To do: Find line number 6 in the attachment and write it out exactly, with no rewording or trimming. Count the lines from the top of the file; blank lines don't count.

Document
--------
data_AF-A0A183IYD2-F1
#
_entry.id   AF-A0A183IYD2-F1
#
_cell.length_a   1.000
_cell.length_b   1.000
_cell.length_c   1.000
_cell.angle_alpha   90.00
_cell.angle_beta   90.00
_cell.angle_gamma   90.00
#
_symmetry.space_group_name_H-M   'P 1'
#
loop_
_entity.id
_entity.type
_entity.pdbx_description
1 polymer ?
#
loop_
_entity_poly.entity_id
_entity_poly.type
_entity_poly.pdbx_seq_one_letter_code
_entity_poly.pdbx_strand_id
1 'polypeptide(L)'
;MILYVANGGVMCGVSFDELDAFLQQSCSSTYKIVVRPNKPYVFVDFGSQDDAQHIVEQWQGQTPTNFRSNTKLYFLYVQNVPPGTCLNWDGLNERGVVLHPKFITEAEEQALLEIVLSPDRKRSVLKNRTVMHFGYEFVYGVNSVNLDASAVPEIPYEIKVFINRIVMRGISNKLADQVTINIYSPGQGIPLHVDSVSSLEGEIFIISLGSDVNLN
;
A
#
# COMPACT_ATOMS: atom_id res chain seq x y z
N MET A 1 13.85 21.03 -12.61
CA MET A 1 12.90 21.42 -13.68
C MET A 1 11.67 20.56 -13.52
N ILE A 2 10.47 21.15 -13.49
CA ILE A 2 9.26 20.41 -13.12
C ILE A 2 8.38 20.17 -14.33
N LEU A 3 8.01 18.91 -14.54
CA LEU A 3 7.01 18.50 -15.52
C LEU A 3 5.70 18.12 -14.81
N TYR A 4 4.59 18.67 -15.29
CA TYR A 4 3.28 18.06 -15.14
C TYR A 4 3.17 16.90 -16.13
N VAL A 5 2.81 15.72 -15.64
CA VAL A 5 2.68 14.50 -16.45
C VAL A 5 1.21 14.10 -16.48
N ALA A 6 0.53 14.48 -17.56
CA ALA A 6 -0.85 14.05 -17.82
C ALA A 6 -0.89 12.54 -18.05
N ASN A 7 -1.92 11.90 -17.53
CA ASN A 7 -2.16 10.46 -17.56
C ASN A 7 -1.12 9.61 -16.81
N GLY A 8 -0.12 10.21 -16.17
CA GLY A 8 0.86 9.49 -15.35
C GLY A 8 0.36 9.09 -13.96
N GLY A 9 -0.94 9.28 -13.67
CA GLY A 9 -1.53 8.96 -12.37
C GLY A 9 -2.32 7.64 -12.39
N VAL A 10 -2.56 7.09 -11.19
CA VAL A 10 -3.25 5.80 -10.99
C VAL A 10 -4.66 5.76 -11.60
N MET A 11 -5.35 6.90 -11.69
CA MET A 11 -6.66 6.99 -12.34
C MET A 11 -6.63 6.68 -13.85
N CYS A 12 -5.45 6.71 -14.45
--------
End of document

_cell.length_b   1.000